Part 26A Restructuring Trends in the Courts
Virgin Atlantic became the first company to use the Part 26A restructuring tool, in September 2020, when its restructuring plan was sanctioned by the English High Court. The U.K. airline used the tool to implement a financial restructuring valued at £1.2 billion over 18 months. The group’s creditors were split into four classes: RCF plan creditors, operating lessor plan Creditors, connected party plan creditors and trade plan creditors, the latter of which had not committed to vote in favor of the plan at the time the restructuring was proposed. Eventually, the group won the support of all classes, but if the trade creditors had not voted in favor, the court would have the power to bind them to the plan.
U.K. restaurant group PizzaExpress also elected to use a Part 26A restructuring a month later to implement a plan that included a total debt reduction to £319 million from £735 million. The creditors were split into three classes: the senior secured noteholders, the senior unsecured noteholders and Pizza Express Financing 1 plc, the company’s sole shareholder. The group structured its creditor classes under its scheme of arrangement to ensure that the cross-class cramdown can be used if the senior unsecured noteholders did not support the plan. The plan was sanctioned by the U.K. High Court at the end of October, 2020 without the need to use the cross-class cramdown mechanism, as the plan was approved by all creditor classes.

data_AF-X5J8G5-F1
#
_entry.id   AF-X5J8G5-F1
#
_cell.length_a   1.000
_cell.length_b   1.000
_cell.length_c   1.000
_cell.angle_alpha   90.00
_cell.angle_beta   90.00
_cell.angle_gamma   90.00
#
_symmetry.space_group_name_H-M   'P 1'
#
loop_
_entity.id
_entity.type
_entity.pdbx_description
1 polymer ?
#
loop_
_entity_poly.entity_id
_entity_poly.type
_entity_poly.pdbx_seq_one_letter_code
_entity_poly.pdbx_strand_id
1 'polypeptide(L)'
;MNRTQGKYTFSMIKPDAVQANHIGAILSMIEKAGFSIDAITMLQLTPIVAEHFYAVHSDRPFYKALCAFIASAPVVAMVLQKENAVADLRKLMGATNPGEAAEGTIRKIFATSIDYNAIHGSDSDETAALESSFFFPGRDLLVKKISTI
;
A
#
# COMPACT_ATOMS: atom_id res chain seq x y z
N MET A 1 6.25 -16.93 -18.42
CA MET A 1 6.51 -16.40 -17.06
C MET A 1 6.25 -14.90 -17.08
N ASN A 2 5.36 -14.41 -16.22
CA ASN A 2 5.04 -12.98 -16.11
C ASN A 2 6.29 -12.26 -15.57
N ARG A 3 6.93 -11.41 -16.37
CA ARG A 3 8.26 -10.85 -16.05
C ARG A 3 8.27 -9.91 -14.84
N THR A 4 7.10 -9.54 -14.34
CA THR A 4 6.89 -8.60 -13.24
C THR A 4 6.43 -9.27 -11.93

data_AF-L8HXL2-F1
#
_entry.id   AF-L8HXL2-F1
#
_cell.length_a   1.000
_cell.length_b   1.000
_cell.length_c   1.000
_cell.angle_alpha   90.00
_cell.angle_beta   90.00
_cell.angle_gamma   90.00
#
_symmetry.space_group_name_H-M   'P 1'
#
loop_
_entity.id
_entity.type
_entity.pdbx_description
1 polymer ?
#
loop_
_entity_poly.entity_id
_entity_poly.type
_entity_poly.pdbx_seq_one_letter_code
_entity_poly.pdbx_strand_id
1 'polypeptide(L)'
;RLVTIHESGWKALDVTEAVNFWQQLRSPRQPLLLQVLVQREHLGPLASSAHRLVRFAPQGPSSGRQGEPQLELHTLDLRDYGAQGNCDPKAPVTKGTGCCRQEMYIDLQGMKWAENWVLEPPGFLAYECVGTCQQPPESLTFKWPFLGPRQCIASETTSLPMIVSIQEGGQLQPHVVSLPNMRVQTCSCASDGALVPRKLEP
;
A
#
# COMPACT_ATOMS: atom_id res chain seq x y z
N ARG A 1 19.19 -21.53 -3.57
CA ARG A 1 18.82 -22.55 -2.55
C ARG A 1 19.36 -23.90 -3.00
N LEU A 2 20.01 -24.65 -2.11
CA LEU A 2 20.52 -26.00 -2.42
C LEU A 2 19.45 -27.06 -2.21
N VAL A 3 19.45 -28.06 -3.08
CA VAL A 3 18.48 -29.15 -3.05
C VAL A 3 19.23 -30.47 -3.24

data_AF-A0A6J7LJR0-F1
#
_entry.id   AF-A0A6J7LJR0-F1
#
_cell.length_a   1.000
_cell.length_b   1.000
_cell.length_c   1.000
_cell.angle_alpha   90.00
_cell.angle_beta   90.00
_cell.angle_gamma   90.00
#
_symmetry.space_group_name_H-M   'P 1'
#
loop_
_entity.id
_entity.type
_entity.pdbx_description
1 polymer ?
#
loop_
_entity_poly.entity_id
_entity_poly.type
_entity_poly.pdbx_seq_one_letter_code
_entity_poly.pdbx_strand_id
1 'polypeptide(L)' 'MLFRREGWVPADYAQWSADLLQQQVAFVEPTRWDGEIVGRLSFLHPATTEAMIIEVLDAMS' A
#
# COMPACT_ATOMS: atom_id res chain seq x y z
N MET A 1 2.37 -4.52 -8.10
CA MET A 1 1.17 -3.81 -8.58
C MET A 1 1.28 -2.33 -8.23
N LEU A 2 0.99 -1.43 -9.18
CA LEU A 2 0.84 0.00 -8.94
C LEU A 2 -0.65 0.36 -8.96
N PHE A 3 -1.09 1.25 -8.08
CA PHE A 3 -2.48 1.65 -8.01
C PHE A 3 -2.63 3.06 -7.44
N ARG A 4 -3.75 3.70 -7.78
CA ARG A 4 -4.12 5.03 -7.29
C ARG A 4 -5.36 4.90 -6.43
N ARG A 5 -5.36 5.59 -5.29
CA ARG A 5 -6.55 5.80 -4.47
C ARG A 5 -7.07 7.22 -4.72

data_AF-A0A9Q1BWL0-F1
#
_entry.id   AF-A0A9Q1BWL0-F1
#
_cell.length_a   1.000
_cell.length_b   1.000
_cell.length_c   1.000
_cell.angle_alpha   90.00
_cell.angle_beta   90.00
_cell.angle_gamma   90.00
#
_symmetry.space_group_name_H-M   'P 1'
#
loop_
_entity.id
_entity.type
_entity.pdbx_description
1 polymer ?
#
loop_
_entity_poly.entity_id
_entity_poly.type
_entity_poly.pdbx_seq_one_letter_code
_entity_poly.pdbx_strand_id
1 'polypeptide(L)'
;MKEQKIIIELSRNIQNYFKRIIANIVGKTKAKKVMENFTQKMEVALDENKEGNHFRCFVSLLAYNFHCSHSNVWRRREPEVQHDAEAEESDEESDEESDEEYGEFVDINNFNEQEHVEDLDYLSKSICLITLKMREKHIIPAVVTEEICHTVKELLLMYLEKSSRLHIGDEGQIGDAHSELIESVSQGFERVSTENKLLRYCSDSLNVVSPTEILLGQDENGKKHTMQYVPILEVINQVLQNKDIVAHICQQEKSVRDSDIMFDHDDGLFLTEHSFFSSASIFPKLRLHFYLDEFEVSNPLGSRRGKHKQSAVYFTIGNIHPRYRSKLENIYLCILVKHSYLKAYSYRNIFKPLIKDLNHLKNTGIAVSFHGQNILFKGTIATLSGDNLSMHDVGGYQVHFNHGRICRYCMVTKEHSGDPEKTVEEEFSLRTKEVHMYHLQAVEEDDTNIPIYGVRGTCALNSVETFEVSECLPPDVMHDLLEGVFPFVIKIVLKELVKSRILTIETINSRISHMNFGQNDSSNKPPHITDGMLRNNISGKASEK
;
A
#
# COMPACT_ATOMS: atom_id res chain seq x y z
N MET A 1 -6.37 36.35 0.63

The Court of the Hague in the Netherlands heard its first case under the WHOA legislation on Jan. 15, 2021. The court ordered a cooling-off period and also the lifting of certain attachments which had been granted over the stock of an unnamed debtor. The hearing was a promising signal for proponents of the Dutch scheme, which is designed to rival the English scheme of arrangement as an efficient and precise restructuring tool.